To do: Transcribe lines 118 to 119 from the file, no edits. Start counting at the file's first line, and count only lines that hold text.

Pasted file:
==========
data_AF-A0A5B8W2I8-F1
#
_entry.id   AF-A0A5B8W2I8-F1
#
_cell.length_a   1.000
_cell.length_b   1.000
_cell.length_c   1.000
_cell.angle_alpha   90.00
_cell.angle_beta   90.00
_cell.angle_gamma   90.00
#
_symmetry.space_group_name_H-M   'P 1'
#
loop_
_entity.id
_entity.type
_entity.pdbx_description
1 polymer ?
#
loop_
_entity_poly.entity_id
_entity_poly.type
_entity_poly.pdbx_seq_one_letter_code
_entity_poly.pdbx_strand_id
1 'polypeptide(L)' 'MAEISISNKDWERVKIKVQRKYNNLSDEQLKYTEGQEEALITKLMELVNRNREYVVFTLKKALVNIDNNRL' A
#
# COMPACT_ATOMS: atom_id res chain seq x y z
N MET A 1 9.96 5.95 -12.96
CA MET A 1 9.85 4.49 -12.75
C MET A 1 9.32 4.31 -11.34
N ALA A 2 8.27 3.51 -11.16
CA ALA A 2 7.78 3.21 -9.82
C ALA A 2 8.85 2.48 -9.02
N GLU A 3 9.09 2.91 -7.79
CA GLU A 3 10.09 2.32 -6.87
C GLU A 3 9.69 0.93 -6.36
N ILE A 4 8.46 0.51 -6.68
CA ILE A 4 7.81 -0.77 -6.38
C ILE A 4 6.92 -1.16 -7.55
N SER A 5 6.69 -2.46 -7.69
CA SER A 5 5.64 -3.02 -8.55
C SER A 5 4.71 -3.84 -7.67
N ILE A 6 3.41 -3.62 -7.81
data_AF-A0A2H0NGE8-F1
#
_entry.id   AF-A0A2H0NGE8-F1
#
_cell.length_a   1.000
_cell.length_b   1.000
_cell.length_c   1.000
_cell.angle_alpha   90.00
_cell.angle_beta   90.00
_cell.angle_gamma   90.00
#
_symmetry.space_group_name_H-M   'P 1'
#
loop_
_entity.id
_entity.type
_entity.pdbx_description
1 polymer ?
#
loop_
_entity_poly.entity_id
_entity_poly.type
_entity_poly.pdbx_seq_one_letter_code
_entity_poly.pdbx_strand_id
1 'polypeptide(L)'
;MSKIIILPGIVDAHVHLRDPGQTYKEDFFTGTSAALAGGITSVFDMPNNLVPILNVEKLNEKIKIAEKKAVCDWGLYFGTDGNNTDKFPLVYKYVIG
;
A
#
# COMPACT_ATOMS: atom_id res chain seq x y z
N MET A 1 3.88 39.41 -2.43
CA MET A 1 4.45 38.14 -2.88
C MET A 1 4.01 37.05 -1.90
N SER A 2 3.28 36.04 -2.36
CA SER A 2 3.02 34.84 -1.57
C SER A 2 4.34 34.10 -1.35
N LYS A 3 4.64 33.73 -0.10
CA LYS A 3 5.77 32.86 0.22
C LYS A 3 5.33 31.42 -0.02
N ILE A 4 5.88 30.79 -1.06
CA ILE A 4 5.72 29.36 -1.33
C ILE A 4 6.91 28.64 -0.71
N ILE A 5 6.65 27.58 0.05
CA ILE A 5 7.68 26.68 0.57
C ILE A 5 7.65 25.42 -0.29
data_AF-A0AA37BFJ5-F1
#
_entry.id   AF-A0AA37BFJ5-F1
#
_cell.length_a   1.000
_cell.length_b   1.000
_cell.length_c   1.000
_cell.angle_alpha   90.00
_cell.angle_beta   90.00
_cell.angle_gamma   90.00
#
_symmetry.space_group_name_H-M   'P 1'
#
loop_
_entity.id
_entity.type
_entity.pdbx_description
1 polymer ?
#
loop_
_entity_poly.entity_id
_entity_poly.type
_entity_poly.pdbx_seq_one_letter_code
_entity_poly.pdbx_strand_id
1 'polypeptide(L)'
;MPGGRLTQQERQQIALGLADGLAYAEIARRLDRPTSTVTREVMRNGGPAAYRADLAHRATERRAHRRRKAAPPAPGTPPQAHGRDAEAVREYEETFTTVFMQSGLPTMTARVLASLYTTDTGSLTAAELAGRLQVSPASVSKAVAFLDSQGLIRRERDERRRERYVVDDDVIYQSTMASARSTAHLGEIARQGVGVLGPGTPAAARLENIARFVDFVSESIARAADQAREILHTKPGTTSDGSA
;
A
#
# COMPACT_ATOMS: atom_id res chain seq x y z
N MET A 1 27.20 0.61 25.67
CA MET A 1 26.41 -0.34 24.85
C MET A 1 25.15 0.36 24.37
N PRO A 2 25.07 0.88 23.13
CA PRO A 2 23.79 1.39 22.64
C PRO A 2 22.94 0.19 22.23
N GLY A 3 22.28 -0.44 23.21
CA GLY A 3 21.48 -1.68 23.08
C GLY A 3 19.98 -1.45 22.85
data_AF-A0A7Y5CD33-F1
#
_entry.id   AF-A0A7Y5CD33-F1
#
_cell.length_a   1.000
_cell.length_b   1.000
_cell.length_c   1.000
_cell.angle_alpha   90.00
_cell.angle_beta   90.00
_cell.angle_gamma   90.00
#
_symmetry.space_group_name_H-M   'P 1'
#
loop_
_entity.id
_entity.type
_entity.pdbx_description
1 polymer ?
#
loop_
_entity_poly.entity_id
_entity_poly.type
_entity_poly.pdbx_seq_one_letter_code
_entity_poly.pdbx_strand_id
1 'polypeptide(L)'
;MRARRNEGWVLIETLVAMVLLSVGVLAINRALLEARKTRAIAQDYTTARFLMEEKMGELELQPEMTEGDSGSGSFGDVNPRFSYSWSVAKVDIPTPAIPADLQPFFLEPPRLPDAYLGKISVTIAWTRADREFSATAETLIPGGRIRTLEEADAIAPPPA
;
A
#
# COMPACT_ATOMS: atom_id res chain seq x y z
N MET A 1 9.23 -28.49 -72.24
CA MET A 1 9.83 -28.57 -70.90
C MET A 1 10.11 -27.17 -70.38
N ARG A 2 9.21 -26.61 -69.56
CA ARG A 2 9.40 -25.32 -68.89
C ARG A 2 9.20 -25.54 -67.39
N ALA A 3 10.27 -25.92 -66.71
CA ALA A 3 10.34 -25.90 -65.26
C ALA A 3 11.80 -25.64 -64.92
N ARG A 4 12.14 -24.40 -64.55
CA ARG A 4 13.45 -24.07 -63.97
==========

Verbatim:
# COMPACT_ATOMS: atom_id res chain seq x y z
N MET A 1 27.20 0.61 25.67